Puzzled by the Governing Approach to Addiction? It's All About "Hitting Bottom"

05/11/2011 22:38 GMT | Updated 05/01/2012 10:12 GMT

If you wish to understand the governing approach to addictions - if you wish to achieve a profound grasp - then focus your mind's eye on the ideology of hitting bottom: suffering and degradation as the purported "cure" for a substance use disorder. A woman who has been through this nightmare wrote to me a few weeks back:

"I'd like to write to you again about my experiences in treatment Hell and with physicians and psychiatrists and 12 Steppers urging me to go out to crash to a lower bottom ... How it led to losing more years of my life and almost led to my death if I wasn't such an endurance runner. I've been alone (or "isolating" if you use AA-speak) for over a decade with my opinions against the mainstream about addiction. Until I read an excerpt of your book last night ... Thank you Peter."

Please dwell on this for a moment: not just some yahoos in 12 Step fellowships, but professionals responsible for her health and safety actually told this woman about her supposed need to mess herself up even more!

Since then she has read my whole book, and we've communicated quite a bit. It all inspired me to write a column on how the dominant approach to addictions revolves around this one idea: hit bottom and suffer because that's what you need.

1. Let's start with drug prohibition. One purported solution to a drug problem is prison and a criminal record. Despite all evidence that this nonsense makes problems worse, the system persists.

2. Consider the plight of a drug addicted female sex trade worker. She might be told by the "helping" professions that if she isn't ready to kick, it is because she has yet to hit bottom. We all know that, for her, that bottom will likely involve beatings and rapes. Only with drug-addicted women does the system still have the gall to advocate what really amounts to rape: it's good for you, don't you know, because it will help you get off drugs. Oh, someone might feel that way about other women, but only with the drug addicted can it be stated so brazenly.

I have said plenty on HuffPo about how this has no bearing in fact: all the evidence has confirmed the opposite - people are more likely to leave their addictions in response to positive developments, whereas tragedy and degradation have consistently been shown to reinforce, and usually to exasperate, the drug using behavior.

Think with me: please stop and really think about what an unadulterated monstrosity the ideology of hitting bottom really is. It's not another "valid" point of view worthy of debate, no more so than Nazism or witch burning. It's bullshit, plain and simple.

Third and final example:

3. Consider the hardline abstinence principle. The idea is that one should not assist efforts to moderate, or efforts to use less frequently - again because these efforts might interfere with the suffering one needs to finally accept complete abstinence. Apparently, you mustn't render someone less self-destructive or less desperate along the way because "that only keeps them in their addiction." Too bad if the evidence is unequivocal: a vast majority who abstain only accomplish that after a few years of slowing down now and then, stopping and starting - essentially imperfect but meaningful efforts. Like it or not, that's the necessary preparation in all but a few rare cases. Yet any effort to assist with that process - one that by now has been proven to be necessary - is derided by the abstinence pushers as useless or even detrimental (they call it "enabling").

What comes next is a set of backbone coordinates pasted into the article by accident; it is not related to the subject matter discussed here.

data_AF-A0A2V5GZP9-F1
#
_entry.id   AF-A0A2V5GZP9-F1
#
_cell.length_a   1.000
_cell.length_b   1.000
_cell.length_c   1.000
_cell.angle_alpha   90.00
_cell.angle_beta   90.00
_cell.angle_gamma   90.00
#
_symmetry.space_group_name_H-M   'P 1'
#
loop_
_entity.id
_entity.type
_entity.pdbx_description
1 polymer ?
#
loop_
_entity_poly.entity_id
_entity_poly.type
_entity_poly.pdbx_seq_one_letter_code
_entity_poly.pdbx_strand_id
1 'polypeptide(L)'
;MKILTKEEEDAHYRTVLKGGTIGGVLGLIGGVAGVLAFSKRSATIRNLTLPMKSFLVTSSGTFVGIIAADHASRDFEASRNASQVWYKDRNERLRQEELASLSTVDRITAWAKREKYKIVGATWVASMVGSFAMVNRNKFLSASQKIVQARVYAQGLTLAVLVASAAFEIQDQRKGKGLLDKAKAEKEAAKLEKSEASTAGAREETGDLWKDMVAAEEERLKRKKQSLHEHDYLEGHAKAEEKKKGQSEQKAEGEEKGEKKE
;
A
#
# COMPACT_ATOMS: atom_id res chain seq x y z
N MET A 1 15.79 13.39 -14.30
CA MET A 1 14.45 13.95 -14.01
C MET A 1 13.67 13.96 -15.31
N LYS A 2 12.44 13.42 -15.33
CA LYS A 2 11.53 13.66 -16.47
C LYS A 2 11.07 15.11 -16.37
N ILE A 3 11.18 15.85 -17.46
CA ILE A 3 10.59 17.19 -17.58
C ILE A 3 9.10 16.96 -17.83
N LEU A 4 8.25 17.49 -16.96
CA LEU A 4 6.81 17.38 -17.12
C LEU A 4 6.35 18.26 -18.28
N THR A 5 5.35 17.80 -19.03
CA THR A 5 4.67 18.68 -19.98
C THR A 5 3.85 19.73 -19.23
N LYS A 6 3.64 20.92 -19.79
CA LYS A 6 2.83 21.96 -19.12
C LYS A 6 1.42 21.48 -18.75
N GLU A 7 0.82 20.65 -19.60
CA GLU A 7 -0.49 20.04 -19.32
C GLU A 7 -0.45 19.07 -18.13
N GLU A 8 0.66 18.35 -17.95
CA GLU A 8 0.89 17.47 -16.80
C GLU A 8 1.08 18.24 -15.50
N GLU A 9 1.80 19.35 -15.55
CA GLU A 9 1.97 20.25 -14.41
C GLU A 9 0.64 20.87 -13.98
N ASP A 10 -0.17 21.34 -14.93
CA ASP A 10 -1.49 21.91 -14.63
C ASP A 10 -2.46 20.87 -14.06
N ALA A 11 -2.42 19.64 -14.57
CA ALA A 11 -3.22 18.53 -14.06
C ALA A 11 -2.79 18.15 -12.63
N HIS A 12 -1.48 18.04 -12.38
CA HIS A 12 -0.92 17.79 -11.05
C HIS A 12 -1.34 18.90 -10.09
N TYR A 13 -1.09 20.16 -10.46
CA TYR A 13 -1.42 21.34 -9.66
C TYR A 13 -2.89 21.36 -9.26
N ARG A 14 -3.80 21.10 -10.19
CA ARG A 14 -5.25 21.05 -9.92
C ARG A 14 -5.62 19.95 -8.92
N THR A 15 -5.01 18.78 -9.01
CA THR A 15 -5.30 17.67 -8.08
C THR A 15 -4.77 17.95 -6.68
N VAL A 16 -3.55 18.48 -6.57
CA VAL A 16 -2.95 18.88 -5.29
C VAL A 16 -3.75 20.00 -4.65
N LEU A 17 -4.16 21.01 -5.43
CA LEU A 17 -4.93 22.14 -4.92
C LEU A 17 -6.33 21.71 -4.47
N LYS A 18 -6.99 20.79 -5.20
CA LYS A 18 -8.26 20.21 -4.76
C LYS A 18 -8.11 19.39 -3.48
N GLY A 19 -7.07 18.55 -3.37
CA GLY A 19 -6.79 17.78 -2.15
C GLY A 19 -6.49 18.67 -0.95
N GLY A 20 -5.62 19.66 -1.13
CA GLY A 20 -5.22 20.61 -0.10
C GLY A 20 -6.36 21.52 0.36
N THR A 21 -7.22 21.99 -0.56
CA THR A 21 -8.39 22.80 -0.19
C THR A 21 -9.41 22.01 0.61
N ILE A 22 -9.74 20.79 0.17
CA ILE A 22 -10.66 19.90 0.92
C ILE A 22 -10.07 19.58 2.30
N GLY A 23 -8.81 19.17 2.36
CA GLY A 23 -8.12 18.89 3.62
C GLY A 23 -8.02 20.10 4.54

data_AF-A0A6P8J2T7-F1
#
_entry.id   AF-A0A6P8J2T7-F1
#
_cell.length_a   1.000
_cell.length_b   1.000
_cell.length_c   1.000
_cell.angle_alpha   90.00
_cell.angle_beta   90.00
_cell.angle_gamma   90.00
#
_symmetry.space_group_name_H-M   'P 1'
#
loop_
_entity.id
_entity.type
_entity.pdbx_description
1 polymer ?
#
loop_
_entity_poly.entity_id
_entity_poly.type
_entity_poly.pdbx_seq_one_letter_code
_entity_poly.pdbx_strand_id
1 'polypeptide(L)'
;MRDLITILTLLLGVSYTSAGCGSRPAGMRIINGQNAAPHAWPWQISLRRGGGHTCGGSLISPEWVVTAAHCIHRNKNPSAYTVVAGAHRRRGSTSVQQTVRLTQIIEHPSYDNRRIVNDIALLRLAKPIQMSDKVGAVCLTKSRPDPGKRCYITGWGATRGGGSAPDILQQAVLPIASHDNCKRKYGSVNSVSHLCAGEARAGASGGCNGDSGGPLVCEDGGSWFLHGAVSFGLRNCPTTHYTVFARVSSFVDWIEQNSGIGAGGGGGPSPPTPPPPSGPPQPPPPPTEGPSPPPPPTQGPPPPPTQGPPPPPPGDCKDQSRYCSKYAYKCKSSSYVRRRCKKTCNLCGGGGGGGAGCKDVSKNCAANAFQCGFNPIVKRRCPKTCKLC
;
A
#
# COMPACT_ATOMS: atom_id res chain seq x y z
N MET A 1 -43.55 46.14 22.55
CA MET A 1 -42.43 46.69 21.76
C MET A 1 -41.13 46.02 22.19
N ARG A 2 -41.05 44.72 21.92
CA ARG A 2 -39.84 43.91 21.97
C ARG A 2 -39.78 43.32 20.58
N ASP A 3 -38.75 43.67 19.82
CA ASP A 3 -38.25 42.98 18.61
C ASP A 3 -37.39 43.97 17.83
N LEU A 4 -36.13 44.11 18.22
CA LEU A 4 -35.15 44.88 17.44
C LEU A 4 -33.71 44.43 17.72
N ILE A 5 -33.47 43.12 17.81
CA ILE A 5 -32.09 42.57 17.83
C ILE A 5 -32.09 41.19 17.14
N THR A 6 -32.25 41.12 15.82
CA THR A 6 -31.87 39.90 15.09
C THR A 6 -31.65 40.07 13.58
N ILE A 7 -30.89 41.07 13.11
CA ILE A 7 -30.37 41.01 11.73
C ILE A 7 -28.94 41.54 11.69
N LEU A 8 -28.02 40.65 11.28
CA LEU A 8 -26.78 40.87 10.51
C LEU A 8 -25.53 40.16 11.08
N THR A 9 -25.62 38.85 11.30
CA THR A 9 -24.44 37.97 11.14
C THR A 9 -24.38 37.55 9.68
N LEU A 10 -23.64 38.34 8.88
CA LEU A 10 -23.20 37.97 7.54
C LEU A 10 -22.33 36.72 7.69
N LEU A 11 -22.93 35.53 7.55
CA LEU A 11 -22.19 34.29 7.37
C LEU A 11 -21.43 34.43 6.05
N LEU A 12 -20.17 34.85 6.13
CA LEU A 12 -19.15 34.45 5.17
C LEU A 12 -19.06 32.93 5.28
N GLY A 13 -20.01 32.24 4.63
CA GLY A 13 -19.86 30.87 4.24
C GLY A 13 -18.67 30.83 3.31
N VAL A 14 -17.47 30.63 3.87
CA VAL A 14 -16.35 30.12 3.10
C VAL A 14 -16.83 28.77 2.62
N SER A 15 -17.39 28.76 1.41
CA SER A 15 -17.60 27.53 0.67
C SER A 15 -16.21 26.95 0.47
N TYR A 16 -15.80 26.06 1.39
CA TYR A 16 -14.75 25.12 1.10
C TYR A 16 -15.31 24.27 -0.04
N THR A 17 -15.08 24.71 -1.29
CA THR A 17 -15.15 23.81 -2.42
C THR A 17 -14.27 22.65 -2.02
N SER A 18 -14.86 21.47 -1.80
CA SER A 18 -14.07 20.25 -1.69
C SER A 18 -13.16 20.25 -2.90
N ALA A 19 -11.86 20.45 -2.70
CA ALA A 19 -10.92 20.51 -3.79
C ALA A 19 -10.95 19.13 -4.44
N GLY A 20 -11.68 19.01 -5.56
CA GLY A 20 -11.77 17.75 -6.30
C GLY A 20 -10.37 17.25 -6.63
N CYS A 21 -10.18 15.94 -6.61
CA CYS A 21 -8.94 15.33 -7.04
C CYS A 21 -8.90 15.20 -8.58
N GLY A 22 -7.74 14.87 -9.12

All three stupidities share one main feature: an insistence that suffering and degradation are someone's ticket to liberation. Many who push this tripe are well meaning but mistaken. Others have simply found an oasis for the expression of their vilest sentiments. Either way, they participate in genocide: the killing and degradation of an identifiable group.

Think about the Robert Pickton case in Vancouver, involving the kidnapping and murder of drug addicted sex trade workers. Think of the way many justify similar acts in their own minds (and to their friends) with notions of how certain people have it coming anyway.

Get your head around that - let it sink in - and you will start to understand the governing approach to addictions.

When we finally get past this whole thing - war on drugs, hitting bottom, abstinence only - future generations will perceive it all much as we, today, perceive monstrosities like the persecution of witches and the Inquisition.

The governing approach to addictions is an abomination, and a powerful one at that. But the ideology of hitting bottom is the jugular. Take that out, and the edifice will collapse.